“It is not that I have learnt something about me because of art, is that art has made me who I am.”
Jesús Madriñán (born in 1984) is a contemporary photographer from Spain. In this interview he talks about his project “Boas Noites” in which he records nightlife in rural villages of Galicia. ”
This series portrays youngsters in countryside nightclubs and documents the nature that surrounds these artificial environments”, he says.
For Jesús Madriñán photography is a form to overcome the paradox of capturing life’s spontaneity by means of techniques taken from the studio’s predictability.
Interview with Jesús Madriñán
Jesús, in your recent project called “Boas Noites” you are dealing with the nightlife in rural towns of Galicia. What’s the idea behind it and why did you choose that particular subject?
I am from Galicia, that’s why I have chosen that subject, because it is my own environment. I am interested in youth´s social relations and identity formation, so that I can analyze and answer my own doubts and questions as part of a community.
After you’d decided to take on the subject, how did you decide on the question of how to resolve it photographically, so that form would match content?
I’m not really looking for matching form and content, actually in my work it tend to happen the other way round. Working with a large format analog camera in complex and shaken environments, such as clubs or dancefloors, give a contradictory sense to the final outcome, as you don´t really get to document what it is really happening there. That´s what I am looking for.
I am more interested in documenting what it is happening in my mind when I see those situations. The resulting images are solemn and almost poetics, and somehow, through the use of light and that technique, the noisy is turned into an atmosphere of calm and serenity.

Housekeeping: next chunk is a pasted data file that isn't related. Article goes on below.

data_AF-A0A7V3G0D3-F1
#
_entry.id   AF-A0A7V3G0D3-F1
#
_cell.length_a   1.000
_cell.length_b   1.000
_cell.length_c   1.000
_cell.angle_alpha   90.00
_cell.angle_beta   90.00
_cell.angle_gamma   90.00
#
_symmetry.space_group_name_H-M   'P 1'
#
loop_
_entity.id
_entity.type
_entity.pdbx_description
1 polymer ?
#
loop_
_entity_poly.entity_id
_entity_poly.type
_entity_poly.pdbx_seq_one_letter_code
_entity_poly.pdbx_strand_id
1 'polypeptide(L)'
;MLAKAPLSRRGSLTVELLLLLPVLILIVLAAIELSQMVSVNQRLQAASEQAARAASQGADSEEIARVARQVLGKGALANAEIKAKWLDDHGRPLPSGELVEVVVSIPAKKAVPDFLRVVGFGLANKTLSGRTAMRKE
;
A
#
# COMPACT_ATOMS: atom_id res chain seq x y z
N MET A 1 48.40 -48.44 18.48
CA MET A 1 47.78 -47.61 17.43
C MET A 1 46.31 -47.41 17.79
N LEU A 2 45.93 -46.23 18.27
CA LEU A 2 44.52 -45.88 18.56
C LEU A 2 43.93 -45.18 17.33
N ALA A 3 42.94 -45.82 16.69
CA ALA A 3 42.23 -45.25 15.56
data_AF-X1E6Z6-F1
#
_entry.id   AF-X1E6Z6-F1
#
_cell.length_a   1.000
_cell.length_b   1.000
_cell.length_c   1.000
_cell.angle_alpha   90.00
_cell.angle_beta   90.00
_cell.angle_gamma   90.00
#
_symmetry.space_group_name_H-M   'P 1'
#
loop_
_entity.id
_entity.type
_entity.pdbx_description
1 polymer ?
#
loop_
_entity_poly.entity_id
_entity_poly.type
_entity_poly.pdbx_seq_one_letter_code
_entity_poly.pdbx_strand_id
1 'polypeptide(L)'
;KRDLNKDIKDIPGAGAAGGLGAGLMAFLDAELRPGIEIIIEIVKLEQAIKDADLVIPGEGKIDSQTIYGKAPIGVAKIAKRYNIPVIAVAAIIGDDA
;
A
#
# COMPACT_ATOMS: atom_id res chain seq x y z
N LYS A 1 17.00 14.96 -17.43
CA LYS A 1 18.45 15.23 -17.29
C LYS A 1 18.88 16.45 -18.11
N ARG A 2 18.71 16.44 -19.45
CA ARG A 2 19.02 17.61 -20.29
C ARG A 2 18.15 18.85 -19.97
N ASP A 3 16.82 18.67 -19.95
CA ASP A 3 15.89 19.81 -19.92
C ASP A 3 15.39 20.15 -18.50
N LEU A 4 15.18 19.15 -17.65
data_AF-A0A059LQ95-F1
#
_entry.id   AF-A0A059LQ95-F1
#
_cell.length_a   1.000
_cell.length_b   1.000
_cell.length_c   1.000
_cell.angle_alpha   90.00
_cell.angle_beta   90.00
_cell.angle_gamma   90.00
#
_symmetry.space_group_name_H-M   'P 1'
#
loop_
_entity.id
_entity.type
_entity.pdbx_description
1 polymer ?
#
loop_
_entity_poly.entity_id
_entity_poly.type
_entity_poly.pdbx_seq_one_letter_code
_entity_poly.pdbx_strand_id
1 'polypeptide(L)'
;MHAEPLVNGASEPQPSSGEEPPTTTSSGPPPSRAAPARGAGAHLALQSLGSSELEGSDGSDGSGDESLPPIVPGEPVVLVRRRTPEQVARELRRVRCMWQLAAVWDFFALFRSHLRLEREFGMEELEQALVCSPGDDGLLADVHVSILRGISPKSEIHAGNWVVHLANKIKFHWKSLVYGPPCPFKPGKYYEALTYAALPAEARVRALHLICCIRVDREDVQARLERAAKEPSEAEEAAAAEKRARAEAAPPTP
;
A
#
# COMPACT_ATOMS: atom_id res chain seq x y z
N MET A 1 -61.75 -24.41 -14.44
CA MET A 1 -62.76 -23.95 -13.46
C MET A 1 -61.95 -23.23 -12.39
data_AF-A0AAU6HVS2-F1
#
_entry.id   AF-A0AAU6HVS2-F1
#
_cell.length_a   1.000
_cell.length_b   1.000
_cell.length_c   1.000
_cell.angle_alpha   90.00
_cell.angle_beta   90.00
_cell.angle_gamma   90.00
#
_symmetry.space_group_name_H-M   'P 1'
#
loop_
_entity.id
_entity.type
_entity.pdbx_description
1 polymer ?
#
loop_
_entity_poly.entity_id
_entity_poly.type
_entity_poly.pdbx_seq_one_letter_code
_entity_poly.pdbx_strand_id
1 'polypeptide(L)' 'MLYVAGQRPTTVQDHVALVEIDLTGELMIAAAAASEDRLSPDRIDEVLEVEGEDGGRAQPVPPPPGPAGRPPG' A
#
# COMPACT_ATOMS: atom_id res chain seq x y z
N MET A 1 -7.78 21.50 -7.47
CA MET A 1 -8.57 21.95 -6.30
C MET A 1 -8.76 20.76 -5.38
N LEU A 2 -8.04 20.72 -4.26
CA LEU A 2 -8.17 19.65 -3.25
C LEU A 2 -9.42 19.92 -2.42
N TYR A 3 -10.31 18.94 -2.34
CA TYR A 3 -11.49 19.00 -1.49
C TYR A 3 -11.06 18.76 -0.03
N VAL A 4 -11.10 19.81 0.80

At the beginning of each project one often has some kind of idea in mind as to what the result could be like. Sometimes that changes along the way and the result is quite different. Is that the case with “Boas Noites”?
Not really. At the very beginning I knew I wanted to blend portraits and nature, in order to add context to the portraits – the real context, as those clubs are literally in the middle of the nature, in the countryside, but I was not sure it would work.
“The hardest part was being able to work at night, in winter, setting up all the equipment in the middle of the forest with no lights.”
Also I liked the idea of adding those images as a pause, like a caesura in poetry. The hardest part was being able to work at night, in winter, setting up all the equipment in the middle of the forest with no lights and almost by myself, as we were just two, my assistant Paula, and I.
Susan Sontag once said “The camera makes everyone a tourist in other people’s reality, and eventually in one’s own”. How has photography changed the way you look at the world and what have you learnt about yourself?
I don’t think photography has changed the way I look at the world, but so has the art history and contemporary art specifically.
Hundreds of artists with their critical eye have changed the way I see reality and have made me aware of how it is the world we live in.
It is not that I have learnt something about me because of art, is that art has made me who I am.
Every photographer is going through different stages in his formation. Which “landmarks” do you recall that have marked you and brought you to the place where you are today as a photographer?
For me those “landmarks” were moving to London to study an MA and going from digital to analog. London and the MA were an explosion of inspiration, not because of the city itself, but because of the experience, the relationship with my classmates and friends that were also artists, the amazing exhibitions, etc.
And moving from digital to analog was it all: I had to change completely my work methodology in order to be able to get the photo I was looking for at the first attempt. It is a way to train your skills as an image maker.
Last but not least, let’s switch roles: Which question would you have liked to be asked in this interview about your work that I didn’t ask? Please feel free to add it – as well as the answer.
I find your selection quite complete, thank you so much.